The drop in interest rates and the stock market's take-off in 2003 have led to a huge number of new bond issues and stock sales. In total NIS 9.3 billion have been raised in the markets since the beginning of the year.
The rising tide in the stock market, in addition to the sharp drop in bond yields that followed the bull market, have combined with the bank credit crunch and the decrease in government bond issue, to bring about a real flowering of corporate fund-raising. The massive bond issues along with sales of stakes by controlling shareholders signal a sea change in the Israeli markets.
Since September, NIS 5.8 billion has been raised in bond issues, while controlling shareholders have sold stock worth NIS 1.5 billion. From the beginning of 2003, these controlling shareholders have sold NIS 3.5 billion of their stakes.
There has been at least one new issue a day for the past few weeks, and sales of stock packages worth tens of millions of shekels have become a daily occurence. Demand for these issues is much greater than supply, and firms usually increase the size of the offer on the issue date when the volume of demand becomes clear.
For example, Mekorot - the national water company - planned on raising NIS 300 million in bonds, but doubled the amount to NIS 600 million in the wake of enormous demand.
In the last week, firms have raised some NIS 900 million through bond issues while hundreds of millions of shekels in shares were sold by controlling interests.
Yesterday, Ormat's institutional offering reached a demand of NIS 500 million, with the issue closing at the maximum price. In the end Ormat choice to raise NIS 300 million, instead of the original amount of NIS 250 million.
Subsidiaries of the IDB group including Discount Investments, IDB Holdings and Azorim, raised NIS 1.3 billion over the last four months. Since the Ganden group took control, IDB has raised over NIS 2 billion.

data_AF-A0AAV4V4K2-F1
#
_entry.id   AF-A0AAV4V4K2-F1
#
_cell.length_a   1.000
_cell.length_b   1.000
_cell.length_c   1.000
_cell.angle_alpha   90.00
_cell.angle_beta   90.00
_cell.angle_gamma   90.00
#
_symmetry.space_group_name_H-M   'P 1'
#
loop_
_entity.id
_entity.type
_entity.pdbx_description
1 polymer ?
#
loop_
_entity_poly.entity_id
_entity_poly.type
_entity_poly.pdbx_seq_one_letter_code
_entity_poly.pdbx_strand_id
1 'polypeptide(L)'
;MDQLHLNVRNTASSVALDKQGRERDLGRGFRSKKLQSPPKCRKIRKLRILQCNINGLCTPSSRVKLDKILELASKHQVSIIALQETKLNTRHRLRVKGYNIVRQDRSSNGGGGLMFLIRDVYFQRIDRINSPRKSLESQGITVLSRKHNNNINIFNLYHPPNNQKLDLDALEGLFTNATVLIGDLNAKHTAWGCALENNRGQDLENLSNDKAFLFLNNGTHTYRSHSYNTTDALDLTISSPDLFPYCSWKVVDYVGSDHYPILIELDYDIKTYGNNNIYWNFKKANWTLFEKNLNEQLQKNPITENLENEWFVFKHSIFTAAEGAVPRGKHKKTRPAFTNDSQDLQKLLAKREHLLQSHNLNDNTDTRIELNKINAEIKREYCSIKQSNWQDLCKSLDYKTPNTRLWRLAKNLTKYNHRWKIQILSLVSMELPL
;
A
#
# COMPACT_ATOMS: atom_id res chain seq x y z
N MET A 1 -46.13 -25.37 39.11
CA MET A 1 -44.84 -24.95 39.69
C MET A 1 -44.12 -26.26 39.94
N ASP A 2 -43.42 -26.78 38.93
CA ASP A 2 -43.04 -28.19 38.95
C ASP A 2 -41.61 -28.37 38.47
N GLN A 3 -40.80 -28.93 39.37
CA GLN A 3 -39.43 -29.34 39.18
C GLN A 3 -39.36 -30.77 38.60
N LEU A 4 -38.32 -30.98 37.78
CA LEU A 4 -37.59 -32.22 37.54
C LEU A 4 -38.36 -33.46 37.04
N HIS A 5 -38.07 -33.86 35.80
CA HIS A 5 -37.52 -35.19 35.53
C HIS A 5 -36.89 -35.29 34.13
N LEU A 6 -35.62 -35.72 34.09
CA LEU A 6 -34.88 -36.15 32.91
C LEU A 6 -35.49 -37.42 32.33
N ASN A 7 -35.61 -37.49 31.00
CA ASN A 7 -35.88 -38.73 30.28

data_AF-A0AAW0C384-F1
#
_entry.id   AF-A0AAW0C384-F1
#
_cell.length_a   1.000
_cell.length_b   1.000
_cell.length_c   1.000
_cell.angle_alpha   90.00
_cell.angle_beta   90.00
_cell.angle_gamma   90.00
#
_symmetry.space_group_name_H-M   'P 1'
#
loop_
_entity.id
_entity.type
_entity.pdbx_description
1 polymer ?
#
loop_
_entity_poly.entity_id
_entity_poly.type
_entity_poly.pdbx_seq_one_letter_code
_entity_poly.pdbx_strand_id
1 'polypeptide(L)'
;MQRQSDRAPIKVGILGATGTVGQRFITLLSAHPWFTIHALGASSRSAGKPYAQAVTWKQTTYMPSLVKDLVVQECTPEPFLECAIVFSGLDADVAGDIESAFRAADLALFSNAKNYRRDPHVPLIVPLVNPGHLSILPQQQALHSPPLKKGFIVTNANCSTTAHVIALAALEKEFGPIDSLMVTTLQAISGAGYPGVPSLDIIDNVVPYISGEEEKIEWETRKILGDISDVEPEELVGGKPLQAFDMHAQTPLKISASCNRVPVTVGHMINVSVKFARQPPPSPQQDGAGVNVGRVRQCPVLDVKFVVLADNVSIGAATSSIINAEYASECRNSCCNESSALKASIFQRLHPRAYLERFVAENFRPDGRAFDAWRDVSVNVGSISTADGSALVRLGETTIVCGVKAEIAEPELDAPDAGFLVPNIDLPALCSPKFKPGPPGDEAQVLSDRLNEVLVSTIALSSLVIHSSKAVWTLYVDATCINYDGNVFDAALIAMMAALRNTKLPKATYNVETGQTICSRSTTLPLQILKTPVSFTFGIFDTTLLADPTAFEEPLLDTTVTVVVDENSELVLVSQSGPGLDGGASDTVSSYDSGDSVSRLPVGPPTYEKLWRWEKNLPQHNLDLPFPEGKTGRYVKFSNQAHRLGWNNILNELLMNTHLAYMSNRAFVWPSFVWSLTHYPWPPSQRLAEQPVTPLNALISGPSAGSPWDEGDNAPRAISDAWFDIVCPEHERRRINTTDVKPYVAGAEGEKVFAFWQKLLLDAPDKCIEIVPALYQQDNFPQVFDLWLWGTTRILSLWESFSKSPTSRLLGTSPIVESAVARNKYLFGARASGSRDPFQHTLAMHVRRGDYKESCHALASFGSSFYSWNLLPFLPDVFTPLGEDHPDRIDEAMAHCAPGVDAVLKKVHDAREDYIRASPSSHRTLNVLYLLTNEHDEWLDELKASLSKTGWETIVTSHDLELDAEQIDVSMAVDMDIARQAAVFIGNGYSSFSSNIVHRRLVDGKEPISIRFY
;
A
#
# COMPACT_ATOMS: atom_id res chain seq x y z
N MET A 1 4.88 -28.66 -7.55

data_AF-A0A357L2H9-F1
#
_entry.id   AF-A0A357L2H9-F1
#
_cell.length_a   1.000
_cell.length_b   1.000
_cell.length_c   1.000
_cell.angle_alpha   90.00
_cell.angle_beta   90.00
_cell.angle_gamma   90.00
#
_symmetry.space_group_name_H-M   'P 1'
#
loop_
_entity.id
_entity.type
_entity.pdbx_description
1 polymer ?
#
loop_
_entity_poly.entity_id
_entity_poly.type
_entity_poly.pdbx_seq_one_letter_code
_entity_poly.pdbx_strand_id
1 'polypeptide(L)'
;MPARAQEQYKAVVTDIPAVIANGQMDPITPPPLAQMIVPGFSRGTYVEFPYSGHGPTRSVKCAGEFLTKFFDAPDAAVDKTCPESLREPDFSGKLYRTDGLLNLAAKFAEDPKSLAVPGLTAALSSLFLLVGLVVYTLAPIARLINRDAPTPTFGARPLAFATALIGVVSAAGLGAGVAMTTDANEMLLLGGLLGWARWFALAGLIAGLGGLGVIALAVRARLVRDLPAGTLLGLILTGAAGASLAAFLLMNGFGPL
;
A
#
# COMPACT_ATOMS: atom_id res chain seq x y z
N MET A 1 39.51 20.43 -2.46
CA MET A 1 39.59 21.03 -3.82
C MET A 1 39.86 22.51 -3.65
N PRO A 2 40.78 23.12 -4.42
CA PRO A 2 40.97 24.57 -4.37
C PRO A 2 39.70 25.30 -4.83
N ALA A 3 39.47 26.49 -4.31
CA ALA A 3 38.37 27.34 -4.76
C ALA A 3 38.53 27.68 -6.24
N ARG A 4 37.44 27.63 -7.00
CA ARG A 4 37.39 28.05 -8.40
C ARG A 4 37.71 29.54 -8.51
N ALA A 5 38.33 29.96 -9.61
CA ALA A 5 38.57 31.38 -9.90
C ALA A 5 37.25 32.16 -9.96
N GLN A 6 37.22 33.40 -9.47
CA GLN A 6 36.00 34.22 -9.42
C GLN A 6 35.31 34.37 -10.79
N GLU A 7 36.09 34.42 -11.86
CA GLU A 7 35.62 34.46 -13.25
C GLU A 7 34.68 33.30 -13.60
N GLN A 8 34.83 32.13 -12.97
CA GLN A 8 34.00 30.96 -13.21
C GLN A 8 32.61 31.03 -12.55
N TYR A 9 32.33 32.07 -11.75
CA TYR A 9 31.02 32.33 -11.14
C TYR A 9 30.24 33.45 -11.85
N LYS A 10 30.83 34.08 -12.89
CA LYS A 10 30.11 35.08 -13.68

Among those firms whose controlling shareholders have sold packages of stock is the Salt Industries controlled by the Dankner family, which sold shares of Bank Hapoalim for NIS 48 million; Yitzhak Tshuva sold Delek and Delek Motors shares for NIS 132 million; and Goldman Sachs sold IDB shares worth NIS 40 million. The Dankner family also sold shares in cable operator Matav.
Even a kibbutz - Ramat Yohanan - sold a NIS 9 million package of Palram shares yesterday.
Underwriters report that a large number of companies traded on the stock market are presently preparing for an issue: either negotiating with underwriters, requesting a bond rating from the Maalot rating agency, or making presentations to institutional investors. Even second- and third-rank companies have tried to raise capital, such as real estate firms.
One of the parties who used the rising market to sell off holdings at a good price, was the State of Israel. It sold Bezeq shares in November for NIS 700 million. Demand for the offer was in the billion-shekel range, and most of the stock was sold in the end to foreign investors above the market price.
Alongside the drop in yields on government bonds, the fears of a financial crisis, which would lead to massive corporate defaults, disappeared. Therefore, more institutions in the business sector are searching for investments with higher returns. Also, the high level of returns for provident and advanced training funds (keren hishtalmut) in 2003 - accompanied by the drop in bank deposits due to low interest rates offered and new taxes - have led to a change in the public's investment preferences.
The massive redemptions of the provident funds have stopped, and mutual funds are raising billions of shekels a month. This, along with the end-of-the year deposits, has added to the funds available for investment.
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